The Sunday TimesPlus

17th November1996



Twins' plight touches the world

by Tharuka Dissanaike

Only when the Caesarean operation was done was it revealed that the babies were joined together from chest to abdomen. When the story of Sandamali and Piyamali - Sri Lanka's second conjoined twins went out on the Internet, offers of help came in from the US, ENgland, Australia and Belgium.

When Hemantha Rupasinghe entered his pregnant wife into the Wathupitiwala hospital on November fourth, they both expected no more than a very ordinary labour and a healthy baby. But the events that unfolded turned out to be very different to their expectations. When the mother found the birth difficult, a scan was done at the base hospital in Wathupitiwala and the doctor found out that she was carrying twins. But only when the Caesarean operation was done was it revealed that the babies were joined together from chest to abdomen. Thus the world's fifteenth recorded pair and Sri Lanka's second pair of conjoined twins were born.

Although the mother had a Caesarean operation, both she and Hemantha went missing hours after the birth of the twins. Perhaps they were reluctant to bear the burden of caring for such unusual offspring. Or perhaps, in their poverty and ignorance they saw it as a social stigma, having an elder son. But later they returned to the hospital and took charge of their rare identical twin girls- who have since been named Hansini Sandamali and Hansini Piyumali. Soon after their birth, the twins were brought to the Lady Ridgeway Hospital in Borella so that they could have more sophisticated care.

Last week, when we met Hemantha he was rushing around trying to prepare passports for his tiny twin daughters, who have to undergo urgent surgery if their lives are to be saved. Surgery will be performed to separate the twins in the Loma Linda University Medical Center in Ontario, California in the United Sates. The hospital will fund the cost of surgery and medical attention while those back home have to take care of the travelling and incubation procedures en route. Already two tickets have been offered to the tiny tots to cover their travelling expenditure. A fund has been set up by the Lions Club of Colombo Regent to collect more money for the babies to facilitate post surgery care and additional expenses that would be incurred in the process.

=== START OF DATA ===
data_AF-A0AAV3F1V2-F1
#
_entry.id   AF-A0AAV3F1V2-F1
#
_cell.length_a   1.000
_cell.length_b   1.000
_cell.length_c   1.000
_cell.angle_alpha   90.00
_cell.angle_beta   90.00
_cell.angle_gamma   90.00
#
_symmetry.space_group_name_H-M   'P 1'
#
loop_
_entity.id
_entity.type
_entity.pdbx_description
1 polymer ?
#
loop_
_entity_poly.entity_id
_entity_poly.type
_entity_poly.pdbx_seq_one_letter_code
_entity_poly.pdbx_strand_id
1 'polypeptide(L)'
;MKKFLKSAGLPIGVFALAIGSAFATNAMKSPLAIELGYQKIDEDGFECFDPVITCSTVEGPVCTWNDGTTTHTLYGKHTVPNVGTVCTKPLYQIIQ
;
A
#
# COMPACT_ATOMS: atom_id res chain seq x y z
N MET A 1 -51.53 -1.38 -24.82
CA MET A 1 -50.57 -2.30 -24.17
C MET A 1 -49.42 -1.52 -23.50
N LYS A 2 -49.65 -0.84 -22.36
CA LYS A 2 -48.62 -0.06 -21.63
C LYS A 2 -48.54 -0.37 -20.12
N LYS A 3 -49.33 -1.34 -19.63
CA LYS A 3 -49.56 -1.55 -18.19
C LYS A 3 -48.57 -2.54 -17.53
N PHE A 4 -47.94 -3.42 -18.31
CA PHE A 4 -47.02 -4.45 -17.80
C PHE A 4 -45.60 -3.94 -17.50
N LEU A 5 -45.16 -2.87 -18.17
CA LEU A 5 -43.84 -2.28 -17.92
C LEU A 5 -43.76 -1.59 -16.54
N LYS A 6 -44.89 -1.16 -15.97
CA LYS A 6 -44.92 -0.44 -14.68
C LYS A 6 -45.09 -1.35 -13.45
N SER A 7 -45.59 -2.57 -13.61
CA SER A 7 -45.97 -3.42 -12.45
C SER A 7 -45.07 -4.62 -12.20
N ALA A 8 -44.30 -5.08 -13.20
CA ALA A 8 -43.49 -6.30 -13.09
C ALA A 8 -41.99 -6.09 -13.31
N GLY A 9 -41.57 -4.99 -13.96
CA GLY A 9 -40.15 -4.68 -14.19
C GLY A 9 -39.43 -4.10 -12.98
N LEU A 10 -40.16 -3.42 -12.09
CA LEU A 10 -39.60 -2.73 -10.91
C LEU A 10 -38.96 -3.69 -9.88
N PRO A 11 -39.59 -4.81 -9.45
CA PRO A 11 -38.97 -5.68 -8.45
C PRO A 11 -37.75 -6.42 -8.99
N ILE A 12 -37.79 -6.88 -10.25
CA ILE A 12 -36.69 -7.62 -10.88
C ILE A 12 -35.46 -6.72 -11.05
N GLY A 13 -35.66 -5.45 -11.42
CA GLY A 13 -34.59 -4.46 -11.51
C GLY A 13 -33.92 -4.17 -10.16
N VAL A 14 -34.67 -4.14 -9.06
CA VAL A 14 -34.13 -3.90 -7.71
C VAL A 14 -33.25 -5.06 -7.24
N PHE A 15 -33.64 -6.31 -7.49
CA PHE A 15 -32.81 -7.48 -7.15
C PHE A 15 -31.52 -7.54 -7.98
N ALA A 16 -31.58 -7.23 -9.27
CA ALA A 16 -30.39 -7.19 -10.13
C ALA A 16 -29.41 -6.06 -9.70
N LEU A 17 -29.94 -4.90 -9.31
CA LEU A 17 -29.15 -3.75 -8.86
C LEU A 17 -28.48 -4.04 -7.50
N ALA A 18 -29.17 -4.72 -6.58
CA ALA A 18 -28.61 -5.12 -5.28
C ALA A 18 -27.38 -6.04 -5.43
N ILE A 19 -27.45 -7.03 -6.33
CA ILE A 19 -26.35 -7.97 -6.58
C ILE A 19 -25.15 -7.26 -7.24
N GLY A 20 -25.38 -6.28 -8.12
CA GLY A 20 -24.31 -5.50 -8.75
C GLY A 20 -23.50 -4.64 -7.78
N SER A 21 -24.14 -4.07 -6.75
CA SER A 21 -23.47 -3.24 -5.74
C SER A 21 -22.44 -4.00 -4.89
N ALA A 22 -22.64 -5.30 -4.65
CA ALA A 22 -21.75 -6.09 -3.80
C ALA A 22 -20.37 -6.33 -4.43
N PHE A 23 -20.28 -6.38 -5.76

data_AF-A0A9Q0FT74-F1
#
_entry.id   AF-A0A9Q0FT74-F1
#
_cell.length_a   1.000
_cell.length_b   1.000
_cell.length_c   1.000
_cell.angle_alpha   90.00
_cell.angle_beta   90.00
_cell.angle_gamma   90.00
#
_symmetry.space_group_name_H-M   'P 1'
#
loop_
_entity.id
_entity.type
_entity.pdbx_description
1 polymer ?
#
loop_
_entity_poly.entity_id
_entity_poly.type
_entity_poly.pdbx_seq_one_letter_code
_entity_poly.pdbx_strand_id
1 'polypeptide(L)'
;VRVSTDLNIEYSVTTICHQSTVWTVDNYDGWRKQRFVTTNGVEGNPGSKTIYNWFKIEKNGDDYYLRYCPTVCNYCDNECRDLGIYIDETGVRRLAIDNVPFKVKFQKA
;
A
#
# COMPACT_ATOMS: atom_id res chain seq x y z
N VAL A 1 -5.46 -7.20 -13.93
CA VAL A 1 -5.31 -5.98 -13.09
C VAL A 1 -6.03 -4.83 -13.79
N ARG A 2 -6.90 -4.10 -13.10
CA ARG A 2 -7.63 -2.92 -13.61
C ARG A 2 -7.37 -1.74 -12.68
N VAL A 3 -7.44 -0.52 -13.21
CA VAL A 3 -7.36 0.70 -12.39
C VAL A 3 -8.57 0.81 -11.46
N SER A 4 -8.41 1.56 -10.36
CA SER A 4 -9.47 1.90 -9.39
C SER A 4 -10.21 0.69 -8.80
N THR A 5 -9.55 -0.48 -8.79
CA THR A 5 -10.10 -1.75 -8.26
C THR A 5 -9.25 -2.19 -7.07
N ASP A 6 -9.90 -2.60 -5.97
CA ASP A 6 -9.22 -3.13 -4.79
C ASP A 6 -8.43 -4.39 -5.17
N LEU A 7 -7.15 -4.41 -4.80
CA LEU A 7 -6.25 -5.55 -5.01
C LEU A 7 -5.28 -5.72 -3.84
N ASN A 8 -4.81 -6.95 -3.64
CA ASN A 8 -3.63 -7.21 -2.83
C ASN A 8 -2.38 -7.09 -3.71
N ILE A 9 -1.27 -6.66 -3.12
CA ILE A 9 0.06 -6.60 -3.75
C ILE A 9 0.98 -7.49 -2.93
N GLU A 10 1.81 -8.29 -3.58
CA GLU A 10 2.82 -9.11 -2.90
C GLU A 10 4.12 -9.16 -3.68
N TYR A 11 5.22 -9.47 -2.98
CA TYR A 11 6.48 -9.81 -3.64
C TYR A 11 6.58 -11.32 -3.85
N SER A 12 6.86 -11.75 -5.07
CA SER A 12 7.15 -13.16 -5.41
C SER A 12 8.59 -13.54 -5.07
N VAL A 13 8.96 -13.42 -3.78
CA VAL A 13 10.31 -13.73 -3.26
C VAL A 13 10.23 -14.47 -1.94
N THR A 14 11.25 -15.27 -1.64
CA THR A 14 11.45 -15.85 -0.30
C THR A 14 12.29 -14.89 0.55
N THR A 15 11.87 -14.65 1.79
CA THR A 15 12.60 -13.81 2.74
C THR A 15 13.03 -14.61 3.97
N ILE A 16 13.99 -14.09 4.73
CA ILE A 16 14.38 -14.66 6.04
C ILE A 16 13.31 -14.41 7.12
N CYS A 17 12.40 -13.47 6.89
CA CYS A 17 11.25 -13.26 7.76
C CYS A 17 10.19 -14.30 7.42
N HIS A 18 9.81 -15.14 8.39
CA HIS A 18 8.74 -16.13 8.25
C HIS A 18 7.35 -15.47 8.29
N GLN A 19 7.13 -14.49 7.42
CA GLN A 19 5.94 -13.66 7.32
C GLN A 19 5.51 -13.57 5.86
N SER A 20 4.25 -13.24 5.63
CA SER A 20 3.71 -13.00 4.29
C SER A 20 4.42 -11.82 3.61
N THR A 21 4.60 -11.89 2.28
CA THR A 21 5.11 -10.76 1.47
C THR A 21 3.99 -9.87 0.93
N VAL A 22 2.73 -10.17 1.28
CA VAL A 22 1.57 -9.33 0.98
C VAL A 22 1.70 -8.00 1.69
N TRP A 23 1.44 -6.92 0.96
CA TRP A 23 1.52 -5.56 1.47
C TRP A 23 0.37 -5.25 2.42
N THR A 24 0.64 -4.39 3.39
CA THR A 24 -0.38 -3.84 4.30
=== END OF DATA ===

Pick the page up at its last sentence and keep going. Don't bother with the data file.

According to Dr. Y. Kulasekera, Senior Paediatric Surgeon and Director of the Lady Ridgeway Hospital, the babies have two hearts linked together and two livers also closely attached. Apparently their digestive tracts are also connected in some way which has yet not been deciphered by the hospital. "One baby resists feeding," Dr. Kulasekera said. So the other is fed and both are sustained. At birth, the babies had been very healthy, pink and screaming. They had even been breast fed at the beginning. But now they are given a saline drip intravenously and milk through a tube. When The Sunday Times visited the hospital the babies were in the surgical ward, lying in their little cot side by side. Although they looked flushed and healthy, the babies arms were uncomfortably folded at odd angles and there were various tubes running from their bodies. They did not need incubation or ICU care in the hospital.

Dr. Kulasekera explained that the operation is risky because it involves using the surgical knife on the two tiny hearts. The liver separation is relatively easy, he said. And the digestive tract will be separated and some parts replaced using special plastic. After the operation there is no need for complicated health care and expensive drugs, Dr Kulasekera said. But the fact remains that no one can accurately predict what the post-operation care will entail.

"The operation should last 10- 12 hours ," Dr. Kulasekera said. "But we cannot guarantee that both babies will survive." Apparently though, the University Hospital in California is confident that Sandamali and Piyumali have a good chance of being saved by the operation.

This hospital was chosen from among the few international hospitals which answered the call for help and volunteered to do the surgery. Hospitals from Australia, England and Belgium came forward offering help when the news of the twins was put on the Internet by Dr. Kulasekera. "The California hospital was the first to offer," he said.

Dr. Kulasekera said that there is no scientific explanation as to why such births occur. He said that scans done prior to birth showed apparently normal twins and there was no prior indication that the babies would be conjoined. There had been another case of conjoined twins recorded at Lady Ridgeway last year, but they had died within a month or so of their birth. Worldwide there is a very poor success rate for this operation because it involves surgery on the heart. "Other than this, the two babies are perfectly normal," he said.

Nalin Perera, Project Director of the Lions Club of Colombo Regent said that the fund they had set up for the twins would be used to provide for the travelling expenses to and from the United States and post operation costs. "For travelling we had to find an incubator and also provide for the tickets for two doctors and one parent to accompany the twins," he said. The heartrending reports of the twins have touched many a Sri Lankan. Funds are already pouring in from sympathisers local and foreign, most of whom prefer to remain anonymous.

The United States Information Service said that the embassy will grant visas for the travelling team when the applications are submitted. At the time of writing, plans were being finalised to take the babies to California by the weekend . Until then the babies lie together- too close for comfort. What the next week will hold in store for Sandamali and Piyumali none can tell. But the prayers and well wishes of an entire country will be with them all the way.

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